In this episode, Chamberlains’ Managing Director, Stipe Vuleta, is joined by Accross Business Principal & Director Kieran May, to discuss all things Jobkeeper, SGC Amnesties and strategy about recovery post COVID-19.

As with all Chamberlains Lawcast episodes, the information provided cannot be considered as legal advice, if you have any questions in relation to any information presented, please contact our office on 02 6188 3600 or visit our website at www.chamberlains.com.au   

Presented by; Stipe Vuleta ft. Keiran May
Date; 13/10/2020
at Chamberlains Law Firm, Canberra.

 

Transcript 

Stipe Vuleta: Hi viewers, it’s Stipe from Chamberlains again, and I’m here with Kieran May from Accross Business talking all things, Jobkeeper, SGC amnesties and strategy about recovering post-Corona. Kieran, how are you going?

Kieran May: Yeah good Stipe. Good yourself.

Stipe Vuleta: Really, well, I’m chilling at home in the home office and enjoying a coffee, which is already complete and finished and looking forward to the next one.

Um, what about you? What are you up to today?

Kieran May: Having a coffee. Yeah, well, actually I’m very, very busy. Um, there’s a few, you know, initiatives starting to kick goals, but it was interesting, um, you know, you mentioned there you are in your lounge recording this conversation, I’m sitting in my home office  allowing you to record the conversation.

And it, it just occurred to me that, that here I am, and here you are, doing what we plan to do pre-COVID. Yeah. Um, and suddenly with COVID hitting us now, our opportunity to work from home is what everybody’s doing! It’s becoming, this is the way to do business.

Stipe Vuleta: Oh, absolutely. I mean, can I say, you know, say in, in a, in a way share, uh, an insecurity, I have pre-Corona because I’ve always been a pretty relaxed and casual guy. And, you know, you want to be doing things like this, but I, but I, I think prior to COVID-19, there was always an expectation. You do a corporate video, it’s you and I in suits in front of a white or a blue background and, you know, jazzy images and stuff like that. Whereas I think this is a, a lot more honest, lot more accessible and, you know, hopefully the viewers get some value out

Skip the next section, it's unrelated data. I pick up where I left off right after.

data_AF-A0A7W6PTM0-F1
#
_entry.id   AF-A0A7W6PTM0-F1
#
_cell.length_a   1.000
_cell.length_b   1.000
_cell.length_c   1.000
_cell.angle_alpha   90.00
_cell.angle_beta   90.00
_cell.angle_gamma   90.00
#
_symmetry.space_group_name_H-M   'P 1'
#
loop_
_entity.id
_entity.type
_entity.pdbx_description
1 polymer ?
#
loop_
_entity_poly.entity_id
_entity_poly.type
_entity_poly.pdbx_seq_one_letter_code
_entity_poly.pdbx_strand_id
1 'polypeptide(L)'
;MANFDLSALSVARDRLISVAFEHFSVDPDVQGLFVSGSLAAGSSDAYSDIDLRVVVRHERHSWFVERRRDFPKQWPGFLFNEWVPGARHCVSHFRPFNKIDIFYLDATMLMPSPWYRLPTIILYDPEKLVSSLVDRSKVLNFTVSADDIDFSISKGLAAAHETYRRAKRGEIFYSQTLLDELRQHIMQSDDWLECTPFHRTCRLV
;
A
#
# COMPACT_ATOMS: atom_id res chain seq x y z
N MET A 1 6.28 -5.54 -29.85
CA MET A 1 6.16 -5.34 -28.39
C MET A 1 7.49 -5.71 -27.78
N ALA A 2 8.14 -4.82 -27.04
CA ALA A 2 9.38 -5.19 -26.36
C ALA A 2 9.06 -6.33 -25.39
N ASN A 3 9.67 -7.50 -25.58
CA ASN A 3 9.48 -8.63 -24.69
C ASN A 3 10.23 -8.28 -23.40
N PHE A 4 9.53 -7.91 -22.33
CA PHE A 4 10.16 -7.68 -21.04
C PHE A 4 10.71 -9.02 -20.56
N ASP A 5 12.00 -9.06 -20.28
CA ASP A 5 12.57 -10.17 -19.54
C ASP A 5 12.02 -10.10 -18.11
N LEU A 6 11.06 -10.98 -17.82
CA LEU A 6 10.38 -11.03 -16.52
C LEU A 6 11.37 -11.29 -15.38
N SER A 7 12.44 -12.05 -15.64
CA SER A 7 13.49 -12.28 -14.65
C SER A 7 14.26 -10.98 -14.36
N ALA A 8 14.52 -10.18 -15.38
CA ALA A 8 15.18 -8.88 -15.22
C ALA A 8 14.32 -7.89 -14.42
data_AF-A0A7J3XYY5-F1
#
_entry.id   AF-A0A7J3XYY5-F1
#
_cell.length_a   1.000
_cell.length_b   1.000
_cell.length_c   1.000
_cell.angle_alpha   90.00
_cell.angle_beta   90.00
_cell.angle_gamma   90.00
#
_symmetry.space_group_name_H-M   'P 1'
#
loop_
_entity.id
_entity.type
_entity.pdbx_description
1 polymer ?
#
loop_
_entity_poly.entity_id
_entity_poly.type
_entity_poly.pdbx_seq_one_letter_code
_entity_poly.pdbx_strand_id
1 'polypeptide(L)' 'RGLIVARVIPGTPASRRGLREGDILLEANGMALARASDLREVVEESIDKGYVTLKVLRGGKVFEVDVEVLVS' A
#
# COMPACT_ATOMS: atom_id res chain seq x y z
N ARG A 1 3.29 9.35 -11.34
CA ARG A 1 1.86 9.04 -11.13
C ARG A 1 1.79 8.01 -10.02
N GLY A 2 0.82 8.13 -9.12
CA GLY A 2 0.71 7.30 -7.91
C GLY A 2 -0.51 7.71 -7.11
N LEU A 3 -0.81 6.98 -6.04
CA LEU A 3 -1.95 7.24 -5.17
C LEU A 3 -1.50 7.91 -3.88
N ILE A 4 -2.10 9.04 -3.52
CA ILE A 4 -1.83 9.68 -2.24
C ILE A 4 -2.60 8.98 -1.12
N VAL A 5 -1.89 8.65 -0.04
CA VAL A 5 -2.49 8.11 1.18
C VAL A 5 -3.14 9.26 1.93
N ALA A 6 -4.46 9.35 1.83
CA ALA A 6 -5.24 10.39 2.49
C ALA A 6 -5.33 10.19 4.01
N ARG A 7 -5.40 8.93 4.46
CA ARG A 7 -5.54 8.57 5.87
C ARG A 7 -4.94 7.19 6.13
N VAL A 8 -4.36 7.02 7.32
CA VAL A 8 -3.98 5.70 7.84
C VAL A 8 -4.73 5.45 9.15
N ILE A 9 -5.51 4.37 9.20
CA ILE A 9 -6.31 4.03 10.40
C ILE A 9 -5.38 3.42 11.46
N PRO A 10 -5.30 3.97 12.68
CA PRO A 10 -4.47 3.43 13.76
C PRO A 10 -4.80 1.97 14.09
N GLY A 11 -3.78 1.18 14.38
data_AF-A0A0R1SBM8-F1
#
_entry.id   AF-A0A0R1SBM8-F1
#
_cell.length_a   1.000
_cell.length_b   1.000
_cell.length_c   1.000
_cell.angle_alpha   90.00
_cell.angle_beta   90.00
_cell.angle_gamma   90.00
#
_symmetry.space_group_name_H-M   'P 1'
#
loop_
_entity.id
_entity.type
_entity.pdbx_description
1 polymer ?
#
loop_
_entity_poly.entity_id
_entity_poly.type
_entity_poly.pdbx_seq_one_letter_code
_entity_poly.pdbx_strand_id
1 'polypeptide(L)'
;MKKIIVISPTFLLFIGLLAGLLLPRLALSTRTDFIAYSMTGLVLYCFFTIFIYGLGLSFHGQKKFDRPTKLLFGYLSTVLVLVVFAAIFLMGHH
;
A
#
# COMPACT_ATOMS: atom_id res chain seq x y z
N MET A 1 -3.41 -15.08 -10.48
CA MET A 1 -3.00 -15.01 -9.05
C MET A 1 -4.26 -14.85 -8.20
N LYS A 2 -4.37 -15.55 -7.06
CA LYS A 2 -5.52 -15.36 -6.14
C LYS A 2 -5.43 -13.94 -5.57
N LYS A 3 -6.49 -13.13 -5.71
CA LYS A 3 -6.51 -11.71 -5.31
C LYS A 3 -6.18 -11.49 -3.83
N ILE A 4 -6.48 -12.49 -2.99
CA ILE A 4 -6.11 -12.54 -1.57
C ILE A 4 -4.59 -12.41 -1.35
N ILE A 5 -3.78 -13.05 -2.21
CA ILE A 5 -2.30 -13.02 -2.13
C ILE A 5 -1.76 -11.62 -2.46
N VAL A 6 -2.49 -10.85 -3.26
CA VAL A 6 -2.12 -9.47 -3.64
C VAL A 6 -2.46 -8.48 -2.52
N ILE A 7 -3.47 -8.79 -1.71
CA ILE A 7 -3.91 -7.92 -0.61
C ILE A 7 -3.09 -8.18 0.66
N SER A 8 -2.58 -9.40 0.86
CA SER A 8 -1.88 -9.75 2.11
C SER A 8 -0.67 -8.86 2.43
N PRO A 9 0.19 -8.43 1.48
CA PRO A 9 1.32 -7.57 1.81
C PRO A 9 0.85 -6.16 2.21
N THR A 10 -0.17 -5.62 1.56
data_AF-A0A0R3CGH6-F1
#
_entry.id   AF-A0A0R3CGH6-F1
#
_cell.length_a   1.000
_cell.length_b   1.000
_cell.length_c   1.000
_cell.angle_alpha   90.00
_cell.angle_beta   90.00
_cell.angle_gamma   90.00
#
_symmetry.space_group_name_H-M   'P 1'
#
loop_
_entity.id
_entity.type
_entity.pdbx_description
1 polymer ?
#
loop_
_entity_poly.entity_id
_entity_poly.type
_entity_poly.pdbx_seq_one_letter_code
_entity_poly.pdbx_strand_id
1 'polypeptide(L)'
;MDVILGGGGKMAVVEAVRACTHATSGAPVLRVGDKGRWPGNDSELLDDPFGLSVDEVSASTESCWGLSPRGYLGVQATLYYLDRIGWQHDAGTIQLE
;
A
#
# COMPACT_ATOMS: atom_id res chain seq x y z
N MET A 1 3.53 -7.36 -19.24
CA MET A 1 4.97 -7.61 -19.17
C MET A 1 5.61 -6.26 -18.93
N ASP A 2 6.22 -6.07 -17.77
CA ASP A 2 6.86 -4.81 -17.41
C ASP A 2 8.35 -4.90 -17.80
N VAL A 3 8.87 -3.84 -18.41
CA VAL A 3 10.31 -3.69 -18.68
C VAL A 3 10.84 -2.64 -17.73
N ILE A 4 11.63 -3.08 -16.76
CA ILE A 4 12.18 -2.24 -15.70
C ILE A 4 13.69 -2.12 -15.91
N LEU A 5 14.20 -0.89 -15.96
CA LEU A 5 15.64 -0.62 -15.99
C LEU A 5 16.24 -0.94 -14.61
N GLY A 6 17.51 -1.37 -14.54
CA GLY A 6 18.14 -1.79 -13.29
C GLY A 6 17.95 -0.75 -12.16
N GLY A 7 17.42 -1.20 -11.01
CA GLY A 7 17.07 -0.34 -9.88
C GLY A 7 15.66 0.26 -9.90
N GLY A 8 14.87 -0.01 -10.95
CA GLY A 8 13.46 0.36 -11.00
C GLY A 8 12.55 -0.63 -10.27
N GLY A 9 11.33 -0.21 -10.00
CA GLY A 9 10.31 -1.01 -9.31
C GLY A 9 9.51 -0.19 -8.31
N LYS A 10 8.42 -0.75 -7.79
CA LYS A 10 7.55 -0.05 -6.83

Kieran May: And in marketing speak, they say it’s “authentic”.

Stipe Vuleta: Well, well speaking of being authentic, you’re a bit of a master on LinkedIn Keiran, do you want to tell us a bit about your business and where people can find you?

Kieran May: Sure. Yeah. Uh, accross.com.au, is the web address and that’s accross with two C’s. You have to watch your spellcheck there. And it’s got two C’s in it because we talk about accountable. We talk about accessible.

Stipe Vuleta: Yeah.

Kieran May: Um, hence the two C’s to play on that. Um, but I do get around on LinkedIn quite a bit. You can follow my personal posts it’s probably the, the most common, um, source of information. Then I do like the comment of, I’ve got an opinion on a lot of things.

Stipe Vuleta: Speaking of conversations, I’m not going to hold you to it, but, uh, you know, Jobkeeper’s a hot mess, but an exciting, hot mess at the moment. What are your thoughts on it? What developments, where do you think it’ll land?

Kieran May: Jobkeeper?! The big, the big downside to it, of course, is that, that circumstances around jobkeeper, keep changing, so the rules keep changing. Um, and you know, we, we can go back to the jobkeeper one when the first announcement was made, and then we’re all confused because the tax office kept changing the rules. Every, every day, they kept making more exceptions and whatever. But interestingly, right from the start, they said, “Hey, this is where it’s at, we don’t know what’s going to happen tomorrow”. We’ll keep tweaking it. And eventually on the 28th of May was the, the cutoff date for it all to start happening. But their promise was by the 28th of May, we will have it all sorted out. People panicked in the meantime, because they kept changing the rules. 28th of May came, bang, tax office had it all sorted out.